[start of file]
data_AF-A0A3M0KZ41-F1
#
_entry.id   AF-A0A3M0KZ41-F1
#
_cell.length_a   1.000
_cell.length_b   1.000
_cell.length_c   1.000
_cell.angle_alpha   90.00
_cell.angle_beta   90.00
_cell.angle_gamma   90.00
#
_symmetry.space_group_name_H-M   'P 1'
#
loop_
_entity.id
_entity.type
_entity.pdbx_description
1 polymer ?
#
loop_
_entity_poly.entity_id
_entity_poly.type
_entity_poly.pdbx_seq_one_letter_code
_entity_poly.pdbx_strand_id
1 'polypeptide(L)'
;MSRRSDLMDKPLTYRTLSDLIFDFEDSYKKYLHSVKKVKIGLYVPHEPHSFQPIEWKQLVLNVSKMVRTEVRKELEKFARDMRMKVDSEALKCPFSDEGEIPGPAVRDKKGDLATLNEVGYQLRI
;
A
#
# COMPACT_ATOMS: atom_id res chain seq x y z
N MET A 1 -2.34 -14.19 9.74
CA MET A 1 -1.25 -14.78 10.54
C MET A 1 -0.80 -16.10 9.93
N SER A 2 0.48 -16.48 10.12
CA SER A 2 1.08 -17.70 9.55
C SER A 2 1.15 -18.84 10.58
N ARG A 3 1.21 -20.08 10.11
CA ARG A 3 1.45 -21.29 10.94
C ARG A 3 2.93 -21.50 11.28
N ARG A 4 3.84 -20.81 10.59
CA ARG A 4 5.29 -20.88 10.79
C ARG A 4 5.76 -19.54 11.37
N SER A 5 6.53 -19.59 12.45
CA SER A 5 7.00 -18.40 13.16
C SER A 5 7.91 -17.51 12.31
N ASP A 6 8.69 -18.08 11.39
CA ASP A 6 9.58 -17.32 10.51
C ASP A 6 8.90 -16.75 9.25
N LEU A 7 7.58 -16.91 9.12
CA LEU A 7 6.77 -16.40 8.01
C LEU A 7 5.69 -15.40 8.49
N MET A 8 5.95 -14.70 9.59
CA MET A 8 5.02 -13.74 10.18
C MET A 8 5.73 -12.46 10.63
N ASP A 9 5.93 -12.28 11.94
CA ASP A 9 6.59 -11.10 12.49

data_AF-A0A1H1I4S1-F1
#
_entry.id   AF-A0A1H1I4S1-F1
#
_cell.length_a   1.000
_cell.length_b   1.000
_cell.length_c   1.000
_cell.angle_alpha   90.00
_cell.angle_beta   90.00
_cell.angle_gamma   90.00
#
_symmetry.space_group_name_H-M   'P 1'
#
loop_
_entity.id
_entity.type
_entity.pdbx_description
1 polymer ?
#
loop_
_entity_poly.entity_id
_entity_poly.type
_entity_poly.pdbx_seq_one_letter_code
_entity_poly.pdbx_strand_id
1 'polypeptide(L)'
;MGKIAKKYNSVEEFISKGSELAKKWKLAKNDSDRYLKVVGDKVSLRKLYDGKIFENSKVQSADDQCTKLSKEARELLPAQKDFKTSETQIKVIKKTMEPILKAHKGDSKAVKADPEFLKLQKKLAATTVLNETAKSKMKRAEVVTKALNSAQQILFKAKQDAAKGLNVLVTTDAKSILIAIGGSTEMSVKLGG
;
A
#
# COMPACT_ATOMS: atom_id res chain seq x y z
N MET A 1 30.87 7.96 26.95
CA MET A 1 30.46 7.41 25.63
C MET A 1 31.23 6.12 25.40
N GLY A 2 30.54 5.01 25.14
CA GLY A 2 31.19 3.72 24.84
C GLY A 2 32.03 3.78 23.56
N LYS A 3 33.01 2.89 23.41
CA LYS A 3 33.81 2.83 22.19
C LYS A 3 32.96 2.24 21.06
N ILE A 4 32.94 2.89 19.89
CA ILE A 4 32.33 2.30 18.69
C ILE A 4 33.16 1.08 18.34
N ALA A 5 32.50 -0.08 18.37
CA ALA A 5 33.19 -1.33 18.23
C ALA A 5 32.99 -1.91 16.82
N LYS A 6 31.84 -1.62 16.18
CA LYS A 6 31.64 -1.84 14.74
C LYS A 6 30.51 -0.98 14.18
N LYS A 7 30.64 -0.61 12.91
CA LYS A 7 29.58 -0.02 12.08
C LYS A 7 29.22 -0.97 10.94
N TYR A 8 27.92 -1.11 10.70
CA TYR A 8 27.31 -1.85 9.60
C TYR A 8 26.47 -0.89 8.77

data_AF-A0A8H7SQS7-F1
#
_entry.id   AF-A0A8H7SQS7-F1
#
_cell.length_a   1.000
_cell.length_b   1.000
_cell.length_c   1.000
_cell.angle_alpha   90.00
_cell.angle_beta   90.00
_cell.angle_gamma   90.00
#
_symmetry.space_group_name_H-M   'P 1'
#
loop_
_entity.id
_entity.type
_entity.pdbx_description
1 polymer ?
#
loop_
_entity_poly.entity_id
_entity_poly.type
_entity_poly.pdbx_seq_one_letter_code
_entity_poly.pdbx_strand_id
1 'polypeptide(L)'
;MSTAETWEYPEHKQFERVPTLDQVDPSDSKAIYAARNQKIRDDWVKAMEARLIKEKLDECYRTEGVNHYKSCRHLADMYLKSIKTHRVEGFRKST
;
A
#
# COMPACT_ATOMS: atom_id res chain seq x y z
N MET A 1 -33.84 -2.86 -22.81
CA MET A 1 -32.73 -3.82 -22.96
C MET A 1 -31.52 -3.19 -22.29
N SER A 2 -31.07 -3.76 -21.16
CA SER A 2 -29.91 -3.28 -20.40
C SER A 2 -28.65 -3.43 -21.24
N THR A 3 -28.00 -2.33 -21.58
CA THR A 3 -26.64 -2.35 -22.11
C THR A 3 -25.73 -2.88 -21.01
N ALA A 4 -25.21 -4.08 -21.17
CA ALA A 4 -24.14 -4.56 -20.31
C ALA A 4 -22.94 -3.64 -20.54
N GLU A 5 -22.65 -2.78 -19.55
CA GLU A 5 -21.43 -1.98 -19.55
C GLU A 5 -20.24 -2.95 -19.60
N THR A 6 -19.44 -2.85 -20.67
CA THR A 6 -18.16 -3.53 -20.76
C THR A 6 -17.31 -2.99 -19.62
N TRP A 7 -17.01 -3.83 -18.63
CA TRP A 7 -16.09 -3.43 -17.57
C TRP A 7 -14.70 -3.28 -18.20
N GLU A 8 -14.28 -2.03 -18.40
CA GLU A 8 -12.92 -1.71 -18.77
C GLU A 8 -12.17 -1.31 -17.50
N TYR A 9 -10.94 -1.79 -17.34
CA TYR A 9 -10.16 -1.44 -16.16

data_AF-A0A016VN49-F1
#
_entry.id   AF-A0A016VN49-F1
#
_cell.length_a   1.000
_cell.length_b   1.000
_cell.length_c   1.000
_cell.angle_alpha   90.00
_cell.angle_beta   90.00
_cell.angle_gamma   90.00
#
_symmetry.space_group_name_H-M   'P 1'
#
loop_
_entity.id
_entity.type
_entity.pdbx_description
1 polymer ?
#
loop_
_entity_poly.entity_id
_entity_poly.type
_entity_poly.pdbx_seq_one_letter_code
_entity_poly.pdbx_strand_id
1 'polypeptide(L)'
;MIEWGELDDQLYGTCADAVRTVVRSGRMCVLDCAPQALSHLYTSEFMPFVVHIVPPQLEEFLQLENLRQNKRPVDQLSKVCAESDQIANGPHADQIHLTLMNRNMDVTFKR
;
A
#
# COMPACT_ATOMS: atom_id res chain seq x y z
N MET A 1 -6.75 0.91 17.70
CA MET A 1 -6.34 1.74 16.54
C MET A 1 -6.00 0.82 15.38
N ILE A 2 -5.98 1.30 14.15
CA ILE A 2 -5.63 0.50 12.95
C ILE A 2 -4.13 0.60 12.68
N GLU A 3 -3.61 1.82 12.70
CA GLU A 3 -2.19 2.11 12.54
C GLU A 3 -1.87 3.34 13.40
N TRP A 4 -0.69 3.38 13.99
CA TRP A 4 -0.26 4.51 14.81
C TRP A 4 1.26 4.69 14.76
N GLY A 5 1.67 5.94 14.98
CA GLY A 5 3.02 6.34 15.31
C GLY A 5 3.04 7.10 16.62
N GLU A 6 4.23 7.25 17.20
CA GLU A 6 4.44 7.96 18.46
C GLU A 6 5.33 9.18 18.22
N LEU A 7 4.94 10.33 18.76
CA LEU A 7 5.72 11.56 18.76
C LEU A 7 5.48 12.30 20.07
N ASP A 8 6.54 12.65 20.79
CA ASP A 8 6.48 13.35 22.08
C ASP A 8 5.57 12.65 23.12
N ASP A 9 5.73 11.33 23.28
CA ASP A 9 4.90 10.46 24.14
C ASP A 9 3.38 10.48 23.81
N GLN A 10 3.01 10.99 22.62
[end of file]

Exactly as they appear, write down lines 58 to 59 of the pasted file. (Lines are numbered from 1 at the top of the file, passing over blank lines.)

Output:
#
_entry.id   AF-A0A1H1I4S1-F1